Anonymous, hacktivism and the rise of the cyber protester
Computer 'hacktivists' cause havoc targeting the websites of governments, companies and the police but who they are and what motivates them?
It is 4 o'clock in the morning and I'm waiting for a Skype call from a computer hacker on the run in Canada.
After weeks of contact through Twitter and encrypted emails with "Commander X", I should finally have the chance to speak to him in person. After an hour with no call, I give up and return to bed.
"You can never have complete certainty as to what's going on, who's involved," says Gabriella Coleman, an anthropologist at McGill University in Canada, who has spent years studying hackers operating under the banner of Anonymous.
But, she says, "not being able to fully understand who's behind the mask" is what gives Anonymous political power.
Even if you have never heard of Anonymous, you have probably seen their supporters wearing the distinctive Guy Fawkes masks made famous in the comic book series and film V for Vendetta.
The movement emerged in 2008 following an attack on the website of the Church of Scientology. Since then their targets have ranged from companies like PayPal through to politicians and governments. But who are the people carrying out these attacks and why do they do it?
"It's about the right not to be oppressed by governments or any organisation for that matter," says a young Scottish activist talking to me from a webcam in his bedroom.
"We want to fight the powers-that-be when they overstep the lines," he adds.
He goes by the nickname Dr Steelhammer, and his first operation this year was to attack Catholic Church websites over the Church's opposition to gay marriage in Scotland.
Dr Steelhammer tells me they brought down one website for half an hour - but, I wondered, what was the point?
"The internet is not some playground that corporations and governments can take basic civil liberties with and destroy them and get away with it," he says.
As far as big companies are concerned he says "we have shown that around 10,000 angry people can make them lose a lot of profit by taking down their websites."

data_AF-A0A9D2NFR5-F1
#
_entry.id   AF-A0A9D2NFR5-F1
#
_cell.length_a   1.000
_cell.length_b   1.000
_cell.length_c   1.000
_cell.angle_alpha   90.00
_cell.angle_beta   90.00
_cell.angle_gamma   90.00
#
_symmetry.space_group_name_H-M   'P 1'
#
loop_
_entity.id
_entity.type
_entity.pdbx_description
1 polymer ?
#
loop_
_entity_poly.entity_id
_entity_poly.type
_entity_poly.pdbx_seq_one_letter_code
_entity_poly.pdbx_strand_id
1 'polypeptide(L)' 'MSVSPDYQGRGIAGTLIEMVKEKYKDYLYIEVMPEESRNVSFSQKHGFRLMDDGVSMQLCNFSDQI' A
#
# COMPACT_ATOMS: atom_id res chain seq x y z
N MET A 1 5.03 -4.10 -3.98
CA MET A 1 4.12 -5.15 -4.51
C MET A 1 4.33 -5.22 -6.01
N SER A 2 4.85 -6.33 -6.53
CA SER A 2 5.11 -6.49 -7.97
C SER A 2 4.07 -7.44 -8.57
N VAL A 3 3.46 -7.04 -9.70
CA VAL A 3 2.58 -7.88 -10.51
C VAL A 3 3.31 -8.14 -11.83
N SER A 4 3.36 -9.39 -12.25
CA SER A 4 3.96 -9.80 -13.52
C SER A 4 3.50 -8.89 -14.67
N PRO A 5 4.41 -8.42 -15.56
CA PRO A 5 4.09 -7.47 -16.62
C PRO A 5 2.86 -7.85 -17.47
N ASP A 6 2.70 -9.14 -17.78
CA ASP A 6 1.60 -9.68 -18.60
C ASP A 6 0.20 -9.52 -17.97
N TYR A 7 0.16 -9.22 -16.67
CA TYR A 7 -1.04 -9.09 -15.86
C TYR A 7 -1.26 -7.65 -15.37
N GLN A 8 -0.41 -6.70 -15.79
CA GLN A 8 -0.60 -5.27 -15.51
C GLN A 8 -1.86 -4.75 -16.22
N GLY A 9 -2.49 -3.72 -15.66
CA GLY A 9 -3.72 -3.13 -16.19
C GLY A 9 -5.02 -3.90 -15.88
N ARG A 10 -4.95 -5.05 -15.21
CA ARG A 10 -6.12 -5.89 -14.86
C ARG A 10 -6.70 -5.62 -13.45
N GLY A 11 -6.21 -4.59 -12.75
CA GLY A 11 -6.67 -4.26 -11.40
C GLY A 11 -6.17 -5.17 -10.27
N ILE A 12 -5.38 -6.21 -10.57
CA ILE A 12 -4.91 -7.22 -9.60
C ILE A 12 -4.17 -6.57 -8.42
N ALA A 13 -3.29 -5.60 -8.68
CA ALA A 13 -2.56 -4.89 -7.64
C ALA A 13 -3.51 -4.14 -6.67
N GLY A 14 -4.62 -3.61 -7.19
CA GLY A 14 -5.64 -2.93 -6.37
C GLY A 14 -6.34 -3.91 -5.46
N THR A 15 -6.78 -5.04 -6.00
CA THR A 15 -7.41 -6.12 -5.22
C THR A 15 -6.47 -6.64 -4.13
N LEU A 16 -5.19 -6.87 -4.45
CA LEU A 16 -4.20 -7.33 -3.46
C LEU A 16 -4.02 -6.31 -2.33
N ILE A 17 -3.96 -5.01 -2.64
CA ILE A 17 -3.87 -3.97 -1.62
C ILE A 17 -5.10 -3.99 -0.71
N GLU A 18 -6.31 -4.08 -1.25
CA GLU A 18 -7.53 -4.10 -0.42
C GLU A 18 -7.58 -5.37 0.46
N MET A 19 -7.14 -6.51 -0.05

He is referring to the notorious hacking of the Sony website in 2011 when the company's PlayStation network was taken down for weeks and millions of users accounts were accessed.
It is estimated to have cost the company over $100 million and was part of a 50-day rampage by a group of hackers known as Lulz Security - or LulzSec - which targeted organisations ranging from the FBI to Britain's Serious Organised Crime Agency (SOCA).
Over a dozen people around the world have been arrested and charged over the attacks and if convicted, they could face years in prison.
'Tier One threat'
I spoke to one of them who is currently on bail - so we are not using his name. Smart and articulate, he is also a realist.
"I'm not under the illusion that we're going to change the world," he tells me, "but if we can make a big enough noise for people to notice there's a problem and scream loud enough, someone's going to take notice. That's what Anonymous is."
Although he is a skilled programmer, he says Anonymous has grown quickly because you do not need to be tech savvy to become involved.
"People who are too lazy or don't have the guts to go out and actively protest and campaign... it's so easy with Anonymous, the normal Joe can just click a button and you're away."
I find out just how easy it is in a cafe in Edinburgh where I meet a hacker, Martin - not his real name. He arrives with a netbook and, in a few minutes, shows me how to download software which has a big red button asking you to fire the laser.
If you do, it will send millions of page requests to a website or server trying to overload it, causing it to crash.
This is what worries the people who are trying to deter and catch the Anonymous hackers, like Detective Superintendent Charlie McMurdy - head of the Metropolitan Police's beefed up e-Crime unit, who has over 100 staff under her command. She classes these attacks as a "Tier One" threat.
"People tend to think it's online, it's almost like a game rather than that clicking that button is actually causing serious harm," she says.
In just a few years, Anonymous has grown from a handful of hardened hackers into a movement whose targets range from the Syrian government to paedophile websites.
Although currently at the entry level of activism, Dr Steelhammer has some advice for those pursuing Anonymous:
"What I would say to Scotland Yard, the FBI, the federal government in America is 'why are you even bothering to pursue us because there are too many of us?'"